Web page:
Diabetes drug liraglutide linked to lower risk of cardiovascular events

Depositphotos_24557375_m-2015
Diabetes drug liraglutide linked to lower risk of cardiovascular events. Credit: © BrianAJackson - Depositphotos

Real world data from a large Nordic study shows that use of liraglutide, a drug for type 2 diabetes, is associated with a lower risk of myocardial infarction, stroke or cardiovascular death. The study, led by researchers from Karolinska Institutet in Sweden, is published in The Lancet Diabetes & Endocrinology.

The number of patients with type 2 diabetes is increasing rapidly in the world. Cardiovascular disease is a serious complication of diabetes and represents a major cause of mortality in this patient group.

Liraglutide, a diabetes medication, became available for clinical use in 2009. This drug is a glucagon-like peptide 1 receptor agonist that lowers blood sugar and reduces body weight. A large clinical trial published previously showed that liraglutide reduced the risk of major cardiovascular events among patients with diabetes who had established cardiovascular disease or were at high cardiovascular risk. It has been unclear if these findings also translate to cardiovascular benefit in the broad patient population seen in routine clinical practice.

The current study was a collaborative project between researchers at Karolinska Institutet in Sweden, Statens Serum Institut in Denmark, NTNU in Norway and the Swedish National Diabetes Register. The researchers used several nationwide registers with information on prescription drugs, diseases and other data from more than 46,000 patients in Sweden and Denmark, 2010-2016.

Around 23,000 patients initiating treatment with liraglutide were compared with the same number of patients initiating treatment with another diabetes drug, DPP4 inhibitors. The main outcome in the study was major cardiovascular events, defined as myocardial infarction, stroke, or cardiovascular death.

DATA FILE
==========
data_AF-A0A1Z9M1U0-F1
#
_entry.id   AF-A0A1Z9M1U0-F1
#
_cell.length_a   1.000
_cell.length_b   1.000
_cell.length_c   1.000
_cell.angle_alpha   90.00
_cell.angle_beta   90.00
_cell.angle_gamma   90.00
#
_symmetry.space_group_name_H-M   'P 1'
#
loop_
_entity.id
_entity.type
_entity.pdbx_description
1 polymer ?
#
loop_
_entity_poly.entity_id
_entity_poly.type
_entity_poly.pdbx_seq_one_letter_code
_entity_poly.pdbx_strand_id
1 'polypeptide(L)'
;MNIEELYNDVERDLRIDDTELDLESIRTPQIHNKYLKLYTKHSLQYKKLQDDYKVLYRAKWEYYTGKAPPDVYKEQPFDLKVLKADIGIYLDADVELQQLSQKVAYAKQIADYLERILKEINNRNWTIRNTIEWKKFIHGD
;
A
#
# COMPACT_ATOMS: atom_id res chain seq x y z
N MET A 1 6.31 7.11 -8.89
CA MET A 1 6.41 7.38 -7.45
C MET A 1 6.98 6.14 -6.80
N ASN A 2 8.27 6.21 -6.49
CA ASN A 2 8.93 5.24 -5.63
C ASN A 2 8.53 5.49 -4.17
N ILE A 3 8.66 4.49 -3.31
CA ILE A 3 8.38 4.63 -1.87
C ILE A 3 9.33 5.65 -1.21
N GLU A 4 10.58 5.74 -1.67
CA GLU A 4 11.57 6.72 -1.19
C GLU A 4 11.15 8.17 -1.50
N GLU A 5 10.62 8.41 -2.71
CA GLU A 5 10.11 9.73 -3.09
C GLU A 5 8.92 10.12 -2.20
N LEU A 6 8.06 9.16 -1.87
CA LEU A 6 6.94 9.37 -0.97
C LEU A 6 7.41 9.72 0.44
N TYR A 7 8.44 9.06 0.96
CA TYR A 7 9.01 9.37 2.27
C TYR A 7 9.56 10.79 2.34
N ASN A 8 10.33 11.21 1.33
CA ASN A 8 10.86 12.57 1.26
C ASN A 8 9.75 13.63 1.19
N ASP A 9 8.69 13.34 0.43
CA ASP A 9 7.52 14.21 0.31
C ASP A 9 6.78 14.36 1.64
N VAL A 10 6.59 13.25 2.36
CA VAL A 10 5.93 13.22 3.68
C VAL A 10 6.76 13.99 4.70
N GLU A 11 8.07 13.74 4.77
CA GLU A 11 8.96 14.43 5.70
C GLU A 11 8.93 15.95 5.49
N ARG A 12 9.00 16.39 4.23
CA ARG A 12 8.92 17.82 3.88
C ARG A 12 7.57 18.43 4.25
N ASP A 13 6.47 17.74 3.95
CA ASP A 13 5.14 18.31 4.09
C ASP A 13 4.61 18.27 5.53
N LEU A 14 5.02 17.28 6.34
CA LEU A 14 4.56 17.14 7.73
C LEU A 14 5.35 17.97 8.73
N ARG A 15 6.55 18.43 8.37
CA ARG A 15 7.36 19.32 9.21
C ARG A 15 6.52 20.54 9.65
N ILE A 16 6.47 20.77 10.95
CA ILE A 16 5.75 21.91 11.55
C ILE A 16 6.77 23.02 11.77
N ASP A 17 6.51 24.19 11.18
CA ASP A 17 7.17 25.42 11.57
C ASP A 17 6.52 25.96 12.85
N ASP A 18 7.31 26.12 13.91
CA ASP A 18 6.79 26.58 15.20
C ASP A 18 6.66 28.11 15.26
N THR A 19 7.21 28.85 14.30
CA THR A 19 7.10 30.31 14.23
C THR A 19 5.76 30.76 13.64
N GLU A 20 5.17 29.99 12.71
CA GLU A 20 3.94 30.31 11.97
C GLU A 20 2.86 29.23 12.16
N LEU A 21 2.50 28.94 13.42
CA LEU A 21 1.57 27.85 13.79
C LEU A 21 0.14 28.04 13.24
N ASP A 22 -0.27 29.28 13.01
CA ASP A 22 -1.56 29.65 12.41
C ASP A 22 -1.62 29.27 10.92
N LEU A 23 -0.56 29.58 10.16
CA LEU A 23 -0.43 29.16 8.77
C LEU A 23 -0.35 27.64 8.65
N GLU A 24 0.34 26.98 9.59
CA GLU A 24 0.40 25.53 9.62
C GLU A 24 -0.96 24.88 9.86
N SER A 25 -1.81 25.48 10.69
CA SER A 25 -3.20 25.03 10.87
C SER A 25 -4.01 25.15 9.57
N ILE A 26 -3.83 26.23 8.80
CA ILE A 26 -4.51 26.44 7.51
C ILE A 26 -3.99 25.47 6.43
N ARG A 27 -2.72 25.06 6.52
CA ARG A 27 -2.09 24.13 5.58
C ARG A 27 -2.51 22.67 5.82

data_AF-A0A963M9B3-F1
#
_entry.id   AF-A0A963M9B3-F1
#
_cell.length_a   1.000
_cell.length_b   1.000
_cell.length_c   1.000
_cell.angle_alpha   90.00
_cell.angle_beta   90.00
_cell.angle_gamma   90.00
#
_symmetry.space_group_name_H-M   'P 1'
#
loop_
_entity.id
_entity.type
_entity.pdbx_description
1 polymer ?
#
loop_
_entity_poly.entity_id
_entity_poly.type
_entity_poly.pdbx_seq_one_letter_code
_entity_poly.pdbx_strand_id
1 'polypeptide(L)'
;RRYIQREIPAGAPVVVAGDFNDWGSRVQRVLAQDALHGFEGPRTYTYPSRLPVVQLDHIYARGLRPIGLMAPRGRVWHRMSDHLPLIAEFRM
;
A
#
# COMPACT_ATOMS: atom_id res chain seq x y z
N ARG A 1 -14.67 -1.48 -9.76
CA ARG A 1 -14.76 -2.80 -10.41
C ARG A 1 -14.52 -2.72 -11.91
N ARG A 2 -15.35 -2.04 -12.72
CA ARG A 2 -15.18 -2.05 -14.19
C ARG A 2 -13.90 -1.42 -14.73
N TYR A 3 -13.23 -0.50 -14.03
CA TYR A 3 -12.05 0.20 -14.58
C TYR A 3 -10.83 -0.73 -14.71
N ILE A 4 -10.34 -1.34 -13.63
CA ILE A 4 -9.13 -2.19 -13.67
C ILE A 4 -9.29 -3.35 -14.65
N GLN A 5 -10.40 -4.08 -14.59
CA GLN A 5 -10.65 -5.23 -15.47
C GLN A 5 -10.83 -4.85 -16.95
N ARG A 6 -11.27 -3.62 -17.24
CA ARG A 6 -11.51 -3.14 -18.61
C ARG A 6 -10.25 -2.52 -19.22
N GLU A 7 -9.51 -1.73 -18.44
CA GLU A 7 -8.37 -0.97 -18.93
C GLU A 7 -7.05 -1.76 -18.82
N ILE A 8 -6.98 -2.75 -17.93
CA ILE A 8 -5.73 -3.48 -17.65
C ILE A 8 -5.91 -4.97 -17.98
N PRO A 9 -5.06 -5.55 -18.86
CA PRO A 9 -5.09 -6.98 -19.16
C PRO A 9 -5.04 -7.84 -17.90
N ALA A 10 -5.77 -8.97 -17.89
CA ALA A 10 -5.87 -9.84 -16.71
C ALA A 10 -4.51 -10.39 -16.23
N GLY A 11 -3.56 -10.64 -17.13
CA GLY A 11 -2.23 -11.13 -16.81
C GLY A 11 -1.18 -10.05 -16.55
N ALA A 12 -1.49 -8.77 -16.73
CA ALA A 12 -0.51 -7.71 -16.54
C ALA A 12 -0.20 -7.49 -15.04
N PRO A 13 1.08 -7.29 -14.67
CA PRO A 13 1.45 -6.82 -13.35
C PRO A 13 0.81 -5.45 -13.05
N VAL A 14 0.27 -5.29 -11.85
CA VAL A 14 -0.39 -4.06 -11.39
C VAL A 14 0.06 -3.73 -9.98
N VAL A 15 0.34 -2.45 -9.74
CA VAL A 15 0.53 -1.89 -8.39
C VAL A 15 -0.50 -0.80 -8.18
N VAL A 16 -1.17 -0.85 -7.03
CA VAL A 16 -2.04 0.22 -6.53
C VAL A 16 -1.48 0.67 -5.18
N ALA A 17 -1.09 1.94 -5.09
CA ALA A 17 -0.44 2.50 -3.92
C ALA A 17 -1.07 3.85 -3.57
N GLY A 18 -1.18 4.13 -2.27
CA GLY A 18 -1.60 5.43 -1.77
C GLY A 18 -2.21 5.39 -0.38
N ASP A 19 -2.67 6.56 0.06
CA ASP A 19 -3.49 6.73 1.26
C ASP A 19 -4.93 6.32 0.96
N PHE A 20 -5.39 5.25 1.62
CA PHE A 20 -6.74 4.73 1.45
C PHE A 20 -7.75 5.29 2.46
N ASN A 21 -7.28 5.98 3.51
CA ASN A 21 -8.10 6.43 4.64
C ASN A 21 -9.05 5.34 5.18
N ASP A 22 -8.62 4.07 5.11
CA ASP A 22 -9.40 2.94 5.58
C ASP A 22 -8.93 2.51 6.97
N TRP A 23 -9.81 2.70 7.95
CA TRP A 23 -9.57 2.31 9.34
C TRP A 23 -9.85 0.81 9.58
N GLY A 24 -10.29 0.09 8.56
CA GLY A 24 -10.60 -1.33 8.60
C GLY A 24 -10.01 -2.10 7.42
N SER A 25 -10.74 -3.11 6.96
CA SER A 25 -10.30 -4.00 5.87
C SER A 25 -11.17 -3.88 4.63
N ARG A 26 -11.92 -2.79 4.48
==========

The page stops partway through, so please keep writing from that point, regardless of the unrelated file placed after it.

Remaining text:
The rate of major cardiovascular events was 14.0 per 1,000 person-years among patients using liraglutide and 15.4 per 1,000 among patients using DPP4 inhibitors, a statistically significant difference. This corresponded to 5 fewer major cardiovascular events per 1,000 patients followed up for 3 years.

Use of liraglutide was also associated with reduced risk of cardiovascular death and any cause of death. In a subgroup analysis, patients with a history of major cardiovascular disease appeared to benefit most from treatment with liraglutide, although this was not a statistically significant difference compared with patients without such history.

“Our study provides support for the cardiovascular effectiveness of liraglutide among a broader unselected group of patients, providing important confirmatory evidence from routine clinical practice. We believe it may be of interest to drug regulators, clinical guidelines, physicians, and patients,” says last author Björn Pasternak, senior researcher at the Department of Medicine, Solna, Karolinska Institutet, and affiliated with Statens Serum Institut.


Source:

Materials provided by the Karolinska Institutet. Content may be edited for clarity, style, and length.


 

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